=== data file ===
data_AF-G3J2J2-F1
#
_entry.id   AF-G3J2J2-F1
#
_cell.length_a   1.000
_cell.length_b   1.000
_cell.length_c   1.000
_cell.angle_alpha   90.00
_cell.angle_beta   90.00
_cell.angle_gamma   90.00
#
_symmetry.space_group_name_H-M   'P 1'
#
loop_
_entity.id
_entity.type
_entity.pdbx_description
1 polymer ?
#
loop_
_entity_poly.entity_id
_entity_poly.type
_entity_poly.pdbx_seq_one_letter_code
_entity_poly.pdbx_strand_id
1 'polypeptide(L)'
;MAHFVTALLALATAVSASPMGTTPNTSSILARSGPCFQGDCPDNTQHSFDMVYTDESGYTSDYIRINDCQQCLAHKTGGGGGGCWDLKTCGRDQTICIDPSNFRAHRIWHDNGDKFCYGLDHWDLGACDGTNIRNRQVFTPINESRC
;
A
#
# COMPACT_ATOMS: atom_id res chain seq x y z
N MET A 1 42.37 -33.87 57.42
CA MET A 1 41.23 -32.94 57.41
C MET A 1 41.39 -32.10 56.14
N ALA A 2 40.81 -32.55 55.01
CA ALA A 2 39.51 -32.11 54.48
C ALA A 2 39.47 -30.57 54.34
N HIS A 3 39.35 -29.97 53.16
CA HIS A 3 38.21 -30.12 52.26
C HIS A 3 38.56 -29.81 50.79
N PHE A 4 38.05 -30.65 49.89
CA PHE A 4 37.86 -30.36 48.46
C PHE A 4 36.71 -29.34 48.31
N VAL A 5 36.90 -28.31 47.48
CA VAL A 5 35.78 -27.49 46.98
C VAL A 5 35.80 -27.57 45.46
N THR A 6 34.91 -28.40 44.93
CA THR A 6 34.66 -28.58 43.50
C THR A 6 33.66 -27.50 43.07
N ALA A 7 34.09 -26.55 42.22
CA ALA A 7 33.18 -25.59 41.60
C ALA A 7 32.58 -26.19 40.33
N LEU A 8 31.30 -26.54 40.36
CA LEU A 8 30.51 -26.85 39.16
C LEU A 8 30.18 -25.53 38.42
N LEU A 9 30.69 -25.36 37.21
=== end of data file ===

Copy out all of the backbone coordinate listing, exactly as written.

data_AF-G3J2J2-F1
#
_entry.id   AF-G3J2J2-F1
#
_cell.length_a   1.000
_cell.length_b   1.000
_cell.length_c   1.000
_cell.angle_alpha   90.00
_cell.angle_beta   90.00
_cell.angle_gamma   90.00
#
_symmetry.space_group_name_H-M   'P 1'
#
loop_
_entity.id
_entity.type
_entity.pdbx_description
1 polymer ?
#
loop_
_entity_poly.entity_id
_entity_poly.type
_entity_poly.pdbx_seq_one_letter_code
_entity_poly.pdbx_strand_id
1 'polypeptide(L)'
;MAHFVTALLALATAVSASPMGTTPNTSSILARSGPCFQGDCPDNTQHSFDMVYTDESGYTSDYIRINDCQQCLAHKTGGGGGGCWDLKTCGRDQTICIDPSNFRAHRIWHDNGDKFCYGLDHWDLGACDGTNIRNRQVFTPINESRC
;
A
#
# COMPACT_ATOMS: atom_id res chain seq x y z
N MET A 1 42.37 -33.87 57.42
CA MET A 1 41.23 -32.94 57.41
C MET A 1 41.39 -32.10 56.14
N ALA A 2 40.81 -32.55 55.01
CA ALA A 2 39.51 -32.11 54.48
C ALA A 2 39.47 -30.57 54.34
N HIS A 3 39.35 -29.97 53.16
CA HIS A 3 38.21 -30.12 52.26
C HIS A 3 38.56 -29.81 50.79
N PHE A 4 38.05 -30.65 49.89
CA PHE A 4 37.86 -30.36 48.46
C PHE A 4 36.71 -29.34 48.31
N VAL A 5 36.90 -28.31 47.48
CA VAL A 5 35.78 -27.49 46.98
C VAL A 5 35.80 -27.57 45.46
N THR A 6 34.91 -28.40 44.93
CA THR A 6 34.66 -28.58 43.50
C THR A 6 33.66 -27.50 43.07
N ALA A 7 34.09 -26.55 42.22
CA ALA A 7 33.18 -25.59 41.60
C ALA A 7 32.58 -26.19 40.33
N LEU A 8 31.30 -26.54 40.36
CA LEU A 8 30.51 -26.85 39.16
C LEU A 8 30.18 -25.53 38.42
N LEU A 9 30.69 -25.36 37.21